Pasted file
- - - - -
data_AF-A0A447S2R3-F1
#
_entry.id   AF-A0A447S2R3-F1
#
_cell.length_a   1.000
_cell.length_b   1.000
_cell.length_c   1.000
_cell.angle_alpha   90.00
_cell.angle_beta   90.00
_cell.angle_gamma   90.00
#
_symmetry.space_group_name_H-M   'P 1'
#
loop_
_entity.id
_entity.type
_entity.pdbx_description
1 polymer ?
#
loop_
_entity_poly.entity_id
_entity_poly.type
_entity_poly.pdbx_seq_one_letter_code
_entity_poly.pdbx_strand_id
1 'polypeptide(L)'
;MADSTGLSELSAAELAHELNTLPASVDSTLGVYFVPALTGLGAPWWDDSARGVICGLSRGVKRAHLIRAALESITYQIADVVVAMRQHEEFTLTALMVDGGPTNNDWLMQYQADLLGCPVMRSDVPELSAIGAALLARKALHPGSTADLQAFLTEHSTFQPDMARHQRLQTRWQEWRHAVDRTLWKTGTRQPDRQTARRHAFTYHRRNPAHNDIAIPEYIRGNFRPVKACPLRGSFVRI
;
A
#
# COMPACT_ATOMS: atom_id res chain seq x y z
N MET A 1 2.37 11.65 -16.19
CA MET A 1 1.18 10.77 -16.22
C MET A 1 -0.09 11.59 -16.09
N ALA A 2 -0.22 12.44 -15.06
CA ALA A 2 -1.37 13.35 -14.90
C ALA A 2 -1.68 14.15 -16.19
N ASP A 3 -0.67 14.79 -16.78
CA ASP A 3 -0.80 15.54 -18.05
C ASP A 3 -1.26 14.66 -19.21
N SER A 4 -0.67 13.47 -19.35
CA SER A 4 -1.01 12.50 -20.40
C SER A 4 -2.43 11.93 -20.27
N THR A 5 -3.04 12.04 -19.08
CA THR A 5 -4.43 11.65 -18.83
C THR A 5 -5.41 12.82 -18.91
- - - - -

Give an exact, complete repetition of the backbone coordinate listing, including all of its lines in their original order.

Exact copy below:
data_AF-A0A447S2R3-F1
#
_entry.id   AF-A0A447S2R3-F1
#
_cell.length_a   1.000
_cell.length_b   1.000
_cell.length_c   1.000
_cell.angle_alpha   90.00
_cell.angle_beta   90.00
_cell.angle_gamma   90.00
#
_symmetry.space_group_name_H-M   'P 1'
#
loop_
_entity.id
_entity.type
_entity.pdbx_description
1 polymer ?
#
loop_
_entity_poly.entity_id
_entity_poly.type
_entity_poly.pdbx_seq_one_letter_code
_entity_poly.pdbx_strand_id
1 'polypeptide(L)'
;MADSTGLSELSAAELAHELNTLPASVDSTLGVYFVPALTGLGAPWWDDSARGVICGLSRGVKRAHLIRAALESITYQIADVVVAMRQHEEFTLTALMVDGGPTNNDWLMQYQADLLGCPVMRSDVPELSAIGAALLARKALHPGSTADLQAFLTEHSTFQPDMARHQRLQTRWQEWRHAVDRTLWKTGTRQPDRQTARRHAFTYHRRNPAHNDIAIPEYIRGNFRPVKACPLRGSFVRI
;
A
#
# COMPACT_ATOMS: atom_id res chain seq x y z
N MET A 1 2.37 11.65 -16.19
CA MET A 1 1.18 10.77 -16.22
C MET A 1 -0.09 11.59 -16.09
N ALA A 2 -0.22 12.44 -15.06
CA ALA A 2 -1.37 13.35 -14.90
C ALA A 2 -1.68 14.15 -16.19
N ASP A 3 -0.67 14.79 -16.78
CA ASP A 3 -0.80 15.54 -18.05
C ASP A 3 -1.26 14.66 -19.21
N SER A 4 -0.67 13.47 -19.35
CA SER A 4 -1.01 12.50 -20.40
C SER A 4 -2.43 11.93 -20.27
N THR A 5 -3.04 12.04 -19.08
CA THR A 5 -4.43 11.65 -18.83
C THR A 5 -5.41 12.82 -18.91